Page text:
October 6, 2020 by David Gambrill, Editor in Chief
Counselling clients through an extended public health and economic crisis can no doubt make insurance professionals feel more like front lines mental health workers these days. But always remember that self-care during these times is paramount.
While there are no known statistics for employee absentee rates within the P&C industry (or official counts of those who are on stress leave), stories abound of insurance professionals who are feeling the effects of looking after their clients instead of themselves.
The Canadian Mental Health Association (CMHA) surveyed 3,000 Canadians in May. “Being confined to close quarters at home under physical distancing measures, with concerns about money (45%), job loss (31%) and having enough food to feed their families (21%), parents report having more conflicts with their children (23%), yelling/shouting more (17%), disciplining their children more (17%), and using harsh words more often (11%),” the CMHA reported. Those in the CMHA study could be your customers, your clients — or even you.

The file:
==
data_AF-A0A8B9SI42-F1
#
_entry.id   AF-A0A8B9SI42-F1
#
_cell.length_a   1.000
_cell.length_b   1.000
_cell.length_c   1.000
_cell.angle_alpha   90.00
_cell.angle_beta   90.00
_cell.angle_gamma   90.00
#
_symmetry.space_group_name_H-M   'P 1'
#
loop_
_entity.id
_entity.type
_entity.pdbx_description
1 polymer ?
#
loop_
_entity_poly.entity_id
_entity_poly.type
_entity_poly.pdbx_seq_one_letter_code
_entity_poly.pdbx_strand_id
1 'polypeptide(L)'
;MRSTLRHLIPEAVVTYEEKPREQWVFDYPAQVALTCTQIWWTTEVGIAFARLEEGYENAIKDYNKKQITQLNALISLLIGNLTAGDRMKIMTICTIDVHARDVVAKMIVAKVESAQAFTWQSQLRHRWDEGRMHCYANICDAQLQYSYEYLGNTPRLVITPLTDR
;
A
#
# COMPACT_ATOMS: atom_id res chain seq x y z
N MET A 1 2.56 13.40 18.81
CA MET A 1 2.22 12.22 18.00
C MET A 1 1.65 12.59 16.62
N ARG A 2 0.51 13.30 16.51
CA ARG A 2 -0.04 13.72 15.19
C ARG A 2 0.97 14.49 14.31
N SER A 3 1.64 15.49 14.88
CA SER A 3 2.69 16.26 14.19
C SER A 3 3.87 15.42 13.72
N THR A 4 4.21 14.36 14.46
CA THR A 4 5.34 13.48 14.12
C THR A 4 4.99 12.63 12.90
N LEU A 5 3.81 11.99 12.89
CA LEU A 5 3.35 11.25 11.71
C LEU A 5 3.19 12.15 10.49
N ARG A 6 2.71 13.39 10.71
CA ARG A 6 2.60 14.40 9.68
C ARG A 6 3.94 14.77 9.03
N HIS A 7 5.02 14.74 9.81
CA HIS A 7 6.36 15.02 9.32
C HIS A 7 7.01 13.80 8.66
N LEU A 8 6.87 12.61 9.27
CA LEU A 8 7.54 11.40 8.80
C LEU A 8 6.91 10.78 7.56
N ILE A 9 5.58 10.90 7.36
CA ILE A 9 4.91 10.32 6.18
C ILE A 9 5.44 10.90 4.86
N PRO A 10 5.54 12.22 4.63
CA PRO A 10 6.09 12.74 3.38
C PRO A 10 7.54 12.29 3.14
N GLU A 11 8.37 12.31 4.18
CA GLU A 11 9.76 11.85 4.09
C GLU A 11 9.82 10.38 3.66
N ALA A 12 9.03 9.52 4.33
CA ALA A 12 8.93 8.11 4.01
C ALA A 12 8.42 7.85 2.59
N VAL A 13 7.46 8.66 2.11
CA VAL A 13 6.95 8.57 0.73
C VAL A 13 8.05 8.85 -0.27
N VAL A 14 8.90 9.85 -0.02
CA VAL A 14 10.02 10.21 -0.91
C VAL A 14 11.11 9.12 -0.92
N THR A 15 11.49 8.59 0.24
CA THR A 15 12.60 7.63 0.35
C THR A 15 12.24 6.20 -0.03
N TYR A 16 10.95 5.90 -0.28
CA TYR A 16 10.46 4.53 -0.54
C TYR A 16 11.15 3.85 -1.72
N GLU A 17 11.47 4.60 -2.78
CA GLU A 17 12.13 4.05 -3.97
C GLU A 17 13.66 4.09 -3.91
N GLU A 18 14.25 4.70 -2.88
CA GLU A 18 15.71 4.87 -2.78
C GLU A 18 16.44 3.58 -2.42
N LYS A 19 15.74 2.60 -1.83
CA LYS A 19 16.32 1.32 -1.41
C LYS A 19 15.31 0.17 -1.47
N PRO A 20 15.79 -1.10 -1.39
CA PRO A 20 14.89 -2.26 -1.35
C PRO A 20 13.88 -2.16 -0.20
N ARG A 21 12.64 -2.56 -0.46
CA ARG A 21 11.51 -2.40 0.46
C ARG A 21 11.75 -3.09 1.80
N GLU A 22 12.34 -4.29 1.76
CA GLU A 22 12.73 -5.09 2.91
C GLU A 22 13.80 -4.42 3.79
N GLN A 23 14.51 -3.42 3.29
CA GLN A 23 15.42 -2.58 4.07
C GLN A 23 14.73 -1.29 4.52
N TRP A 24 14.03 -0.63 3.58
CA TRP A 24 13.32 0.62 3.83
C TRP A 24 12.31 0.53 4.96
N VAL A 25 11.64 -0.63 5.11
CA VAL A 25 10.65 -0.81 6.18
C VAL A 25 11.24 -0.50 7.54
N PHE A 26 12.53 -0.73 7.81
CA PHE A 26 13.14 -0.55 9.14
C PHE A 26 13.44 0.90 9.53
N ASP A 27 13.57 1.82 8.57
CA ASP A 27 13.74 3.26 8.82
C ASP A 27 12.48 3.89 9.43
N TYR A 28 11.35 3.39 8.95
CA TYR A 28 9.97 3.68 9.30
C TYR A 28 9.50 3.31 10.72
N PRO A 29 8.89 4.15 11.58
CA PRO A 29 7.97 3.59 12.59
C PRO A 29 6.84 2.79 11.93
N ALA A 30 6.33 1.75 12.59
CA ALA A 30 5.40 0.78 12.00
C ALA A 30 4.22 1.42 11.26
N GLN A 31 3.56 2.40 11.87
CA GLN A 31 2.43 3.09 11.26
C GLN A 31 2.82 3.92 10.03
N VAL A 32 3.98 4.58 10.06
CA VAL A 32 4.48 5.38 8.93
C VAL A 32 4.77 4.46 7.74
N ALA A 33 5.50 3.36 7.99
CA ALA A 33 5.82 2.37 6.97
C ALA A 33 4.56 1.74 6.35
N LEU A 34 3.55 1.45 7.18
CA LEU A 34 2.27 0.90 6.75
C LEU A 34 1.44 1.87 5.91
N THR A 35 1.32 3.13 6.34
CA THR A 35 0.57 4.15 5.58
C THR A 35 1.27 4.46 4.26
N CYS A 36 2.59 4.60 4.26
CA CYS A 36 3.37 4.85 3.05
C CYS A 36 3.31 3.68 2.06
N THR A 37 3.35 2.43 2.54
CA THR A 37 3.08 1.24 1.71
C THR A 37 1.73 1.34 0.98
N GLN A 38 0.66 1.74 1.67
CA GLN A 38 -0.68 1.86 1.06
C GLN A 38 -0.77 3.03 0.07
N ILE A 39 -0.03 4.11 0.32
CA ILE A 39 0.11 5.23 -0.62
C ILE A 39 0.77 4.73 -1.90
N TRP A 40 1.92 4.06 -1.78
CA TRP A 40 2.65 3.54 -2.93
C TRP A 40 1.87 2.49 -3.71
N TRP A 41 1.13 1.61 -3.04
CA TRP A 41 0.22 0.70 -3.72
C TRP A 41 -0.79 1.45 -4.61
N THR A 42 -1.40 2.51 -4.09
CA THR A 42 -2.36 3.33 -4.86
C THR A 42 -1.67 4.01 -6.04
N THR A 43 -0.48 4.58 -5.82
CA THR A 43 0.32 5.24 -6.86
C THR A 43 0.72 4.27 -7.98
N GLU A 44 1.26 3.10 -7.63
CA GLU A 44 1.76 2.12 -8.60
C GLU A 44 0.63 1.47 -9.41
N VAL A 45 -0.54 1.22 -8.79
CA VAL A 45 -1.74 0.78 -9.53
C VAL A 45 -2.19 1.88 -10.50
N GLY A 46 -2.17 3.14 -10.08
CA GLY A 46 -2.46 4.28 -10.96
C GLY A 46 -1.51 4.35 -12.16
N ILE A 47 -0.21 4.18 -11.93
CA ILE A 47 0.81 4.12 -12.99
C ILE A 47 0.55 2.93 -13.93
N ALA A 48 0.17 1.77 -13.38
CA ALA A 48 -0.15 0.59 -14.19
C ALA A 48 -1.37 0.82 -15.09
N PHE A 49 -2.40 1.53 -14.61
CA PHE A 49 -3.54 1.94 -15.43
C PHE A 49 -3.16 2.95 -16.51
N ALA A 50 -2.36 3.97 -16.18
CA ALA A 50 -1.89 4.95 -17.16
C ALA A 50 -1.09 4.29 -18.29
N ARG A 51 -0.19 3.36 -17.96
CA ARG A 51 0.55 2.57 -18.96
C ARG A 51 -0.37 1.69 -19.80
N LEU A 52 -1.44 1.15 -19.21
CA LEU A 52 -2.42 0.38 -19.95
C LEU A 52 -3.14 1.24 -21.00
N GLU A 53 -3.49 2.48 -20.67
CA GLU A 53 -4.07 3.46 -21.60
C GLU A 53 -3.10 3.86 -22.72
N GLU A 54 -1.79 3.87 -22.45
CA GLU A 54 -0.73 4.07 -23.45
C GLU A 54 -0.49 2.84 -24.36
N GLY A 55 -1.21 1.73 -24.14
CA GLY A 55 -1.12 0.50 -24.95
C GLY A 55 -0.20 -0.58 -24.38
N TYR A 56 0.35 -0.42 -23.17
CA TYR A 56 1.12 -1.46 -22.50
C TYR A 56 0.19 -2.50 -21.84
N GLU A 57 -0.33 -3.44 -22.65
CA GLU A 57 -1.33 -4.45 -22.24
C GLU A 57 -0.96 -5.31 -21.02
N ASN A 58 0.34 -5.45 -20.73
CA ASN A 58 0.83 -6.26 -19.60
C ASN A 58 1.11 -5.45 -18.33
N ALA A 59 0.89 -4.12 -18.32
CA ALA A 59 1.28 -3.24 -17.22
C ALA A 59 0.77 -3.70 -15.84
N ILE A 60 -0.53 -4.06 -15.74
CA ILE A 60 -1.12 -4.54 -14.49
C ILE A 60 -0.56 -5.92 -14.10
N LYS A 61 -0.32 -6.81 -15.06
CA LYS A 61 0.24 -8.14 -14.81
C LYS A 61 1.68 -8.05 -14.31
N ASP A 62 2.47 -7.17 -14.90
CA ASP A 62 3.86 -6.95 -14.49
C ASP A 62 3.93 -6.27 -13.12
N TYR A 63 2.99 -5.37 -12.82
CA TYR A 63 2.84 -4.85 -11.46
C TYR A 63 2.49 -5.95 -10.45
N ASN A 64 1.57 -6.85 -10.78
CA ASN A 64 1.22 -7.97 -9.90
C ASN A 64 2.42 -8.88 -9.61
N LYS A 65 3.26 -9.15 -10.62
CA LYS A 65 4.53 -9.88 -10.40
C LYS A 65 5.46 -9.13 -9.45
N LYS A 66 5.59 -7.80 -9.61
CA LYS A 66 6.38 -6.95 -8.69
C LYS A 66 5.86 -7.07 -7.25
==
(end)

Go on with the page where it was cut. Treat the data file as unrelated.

COVID-19 caseloads in Canada are on the rise again and it is clear that your clients are not out of the woods yet. In a survey of more than 3,700 Canadian small businesses conducted in late August by the Canadian Federation of Independent Business (CFIB), the association asked its members: “Where do you think your business will be in six months?”
About 15% of Canadian small businesses (more than 440 businesses in the CFIB survey) predicted they will either be fully shut down (3%) or operating at significantly reduced capacity (12%). So, expect to be managing your clients’ anxieties and financial suffering until at least the end of 2020.
Dealing with Canadians’ anxieties during a long-tail catastrophe event such as a pandemic is exhausting. It takes a lot out of you. It means longer work hours and hyper-sensitivity to things that go wrong. It could mean burnout if your long-term stress isn’t sufficiently managed.
And so remember in all of this to be kind to yourselves. Eat healthy foods, drink water, stay connected with family and friends, take time out from your (home) offices periodically to recharge, and seek counselling if need be. The best thing you can do for your clients is to stay healthy during these troubled times.